New working group on involuntary treatment

At this year’s EFPT Forum in Porto a new working group was initiated with the focus on involuntary treatment in psychiatry. This topic is gaining more and more importance in many European countries, as a reduction of such involuntary treatments (including mechanical restraint, seclusion, forced medication, etc.) are considered a common goal.

In psychiatry, we experience the dilemma between the assignment of our society to take care of the mental ill, the necessity of medical treatment of certain mental states and human rights regarding each patient’s free will. In psychiatric hospitals to deal with aggression and violence on one hand, or self-harm on the other hand in such exceptional mental conditions are every day practice for the medical staff and sometimes leads to involuntary treatment. But patient’s advocacy is getting stronger and stronger putting more pressure on the already existing dilemma, accusing psychiatrists of violation of the patient’s rights and bringing more and more cases to trial.

From my experience as a psychiatric trainee in Vienna (Austria), I cannot remember ever having been instructed on how to behave in such extreme situations. There is no course on mental health legislation, no course on how to write an involuntary treatment order or how to fill in correctly the monitoring protocols etc. As trainees we just try to copy the way more experienced psychiatric trainees and our senior psychiatrists handle the situations, hoping that it’ll work. De-escalation courses exist, but they are only obligatory for the nursing staff, not free of charge for psychiatric trainees and are always taking place during working hours. So, no psychiatric trainee manages to get such a course.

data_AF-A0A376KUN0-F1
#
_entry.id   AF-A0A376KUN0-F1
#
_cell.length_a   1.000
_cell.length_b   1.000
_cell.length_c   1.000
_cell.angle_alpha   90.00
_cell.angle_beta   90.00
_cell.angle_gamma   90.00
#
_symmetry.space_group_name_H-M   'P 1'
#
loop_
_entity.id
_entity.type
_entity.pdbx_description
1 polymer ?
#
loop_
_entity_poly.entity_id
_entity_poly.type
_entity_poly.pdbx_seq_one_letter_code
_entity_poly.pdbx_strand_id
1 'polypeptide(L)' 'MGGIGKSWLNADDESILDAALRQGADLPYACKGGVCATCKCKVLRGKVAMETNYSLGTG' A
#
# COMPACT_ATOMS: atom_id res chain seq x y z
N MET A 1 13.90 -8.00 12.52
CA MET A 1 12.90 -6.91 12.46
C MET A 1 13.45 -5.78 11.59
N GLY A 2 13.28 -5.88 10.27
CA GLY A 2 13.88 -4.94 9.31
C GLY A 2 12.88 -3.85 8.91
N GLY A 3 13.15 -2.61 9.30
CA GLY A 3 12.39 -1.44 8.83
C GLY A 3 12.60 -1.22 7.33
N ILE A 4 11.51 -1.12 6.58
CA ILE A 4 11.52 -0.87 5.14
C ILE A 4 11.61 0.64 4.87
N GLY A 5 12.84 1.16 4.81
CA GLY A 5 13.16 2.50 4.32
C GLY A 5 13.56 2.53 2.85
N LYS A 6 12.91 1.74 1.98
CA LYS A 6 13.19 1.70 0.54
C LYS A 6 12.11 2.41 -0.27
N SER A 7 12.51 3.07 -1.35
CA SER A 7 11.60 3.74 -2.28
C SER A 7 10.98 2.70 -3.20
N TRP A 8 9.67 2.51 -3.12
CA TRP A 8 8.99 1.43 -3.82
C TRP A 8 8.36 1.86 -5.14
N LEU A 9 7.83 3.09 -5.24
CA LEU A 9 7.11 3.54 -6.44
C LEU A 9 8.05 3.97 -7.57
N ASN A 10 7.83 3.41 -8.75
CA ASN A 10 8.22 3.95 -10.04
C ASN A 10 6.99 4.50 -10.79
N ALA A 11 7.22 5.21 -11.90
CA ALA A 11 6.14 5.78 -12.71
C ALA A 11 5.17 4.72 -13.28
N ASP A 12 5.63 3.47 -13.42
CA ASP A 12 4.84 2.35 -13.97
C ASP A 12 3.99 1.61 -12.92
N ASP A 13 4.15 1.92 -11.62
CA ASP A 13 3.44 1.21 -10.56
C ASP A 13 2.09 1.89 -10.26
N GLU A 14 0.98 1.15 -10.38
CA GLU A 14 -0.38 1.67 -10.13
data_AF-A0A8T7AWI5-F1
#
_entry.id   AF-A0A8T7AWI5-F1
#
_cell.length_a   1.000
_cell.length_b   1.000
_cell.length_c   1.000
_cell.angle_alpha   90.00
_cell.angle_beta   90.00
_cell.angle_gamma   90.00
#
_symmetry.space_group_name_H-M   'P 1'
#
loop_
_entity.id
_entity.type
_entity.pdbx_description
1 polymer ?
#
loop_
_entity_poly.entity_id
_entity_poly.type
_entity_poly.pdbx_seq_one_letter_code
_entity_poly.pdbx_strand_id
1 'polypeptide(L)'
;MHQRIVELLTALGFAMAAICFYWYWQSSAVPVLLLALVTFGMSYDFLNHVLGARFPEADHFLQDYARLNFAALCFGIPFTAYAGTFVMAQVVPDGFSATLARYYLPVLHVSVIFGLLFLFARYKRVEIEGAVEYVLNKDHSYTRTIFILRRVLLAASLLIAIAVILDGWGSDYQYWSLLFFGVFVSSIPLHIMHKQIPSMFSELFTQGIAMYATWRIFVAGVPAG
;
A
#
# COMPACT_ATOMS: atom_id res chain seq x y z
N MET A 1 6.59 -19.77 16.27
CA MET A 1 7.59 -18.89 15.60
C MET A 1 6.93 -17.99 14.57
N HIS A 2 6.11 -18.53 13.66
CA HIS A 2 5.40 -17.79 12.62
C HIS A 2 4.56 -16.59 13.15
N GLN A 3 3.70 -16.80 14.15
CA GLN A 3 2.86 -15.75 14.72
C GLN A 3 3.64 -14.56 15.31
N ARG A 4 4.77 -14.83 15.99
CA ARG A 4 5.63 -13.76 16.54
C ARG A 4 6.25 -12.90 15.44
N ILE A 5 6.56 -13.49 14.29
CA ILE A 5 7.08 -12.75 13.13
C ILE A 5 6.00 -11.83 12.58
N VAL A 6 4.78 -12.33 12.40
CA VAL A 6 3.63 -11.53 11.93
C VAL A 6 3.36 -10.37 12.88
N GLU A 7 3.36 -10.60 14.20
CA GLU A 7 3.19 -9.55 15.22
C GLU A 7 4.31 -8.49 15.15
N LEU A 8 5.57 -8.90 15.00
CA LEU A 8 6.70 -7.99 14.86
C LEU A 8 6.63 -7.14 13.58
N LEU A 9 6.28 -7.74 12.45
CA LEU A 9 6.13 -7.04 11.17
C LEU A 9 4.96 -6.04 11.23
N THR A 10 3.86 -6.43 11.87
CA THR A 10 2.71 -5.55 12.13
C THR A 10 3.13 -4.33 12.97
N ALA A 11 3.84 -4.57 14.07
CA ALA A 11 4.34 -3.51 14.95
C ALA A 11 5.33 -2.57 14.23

An interesting development this year in Austria was the abolition of net-beds (see picture), which were still in use in some psychiatric clinics. This final change in legislation was initiated by the Austrian patients’ advocacy. Although my personal opinion is, that as a patient I would prefer to lie in a net-bed, rather than being put in a bed with belts around arms and feet incapable to move or sit up. Quite a lot of psychiatrists were very unhappy about this change in practice. But after six months of working without net-beds we realize that they are not missing. Psychiatrists are used to work under certain conditions and to use certain forms of restraints and stop thinking how it would be, without them. For example in Vienna, only, after World War II atrocities in psychiatry all psychiatric wards are open. There are no closed doors! This “open-doors-policy“ seems unthinkable for most colleagues in Europe, who have closed units for acute patients.

In Porto at our first working group session I appreciated a lot the exchange of thoughts and experiences with colleagues from all over Europe. The intense and interesting discussions showed that all of us are struggling when it comes to involuntary treatment of patients.

In this year’s action plan we want to illuminate the present status of education in that specific topic of psychiatric training and to provide information using the EFPT network to colleagues from different European countries to raise awareness and ethical reflections on involuntary treatment.

Dr. Katharina Schönegger
Chair of the Involuntary treatment WG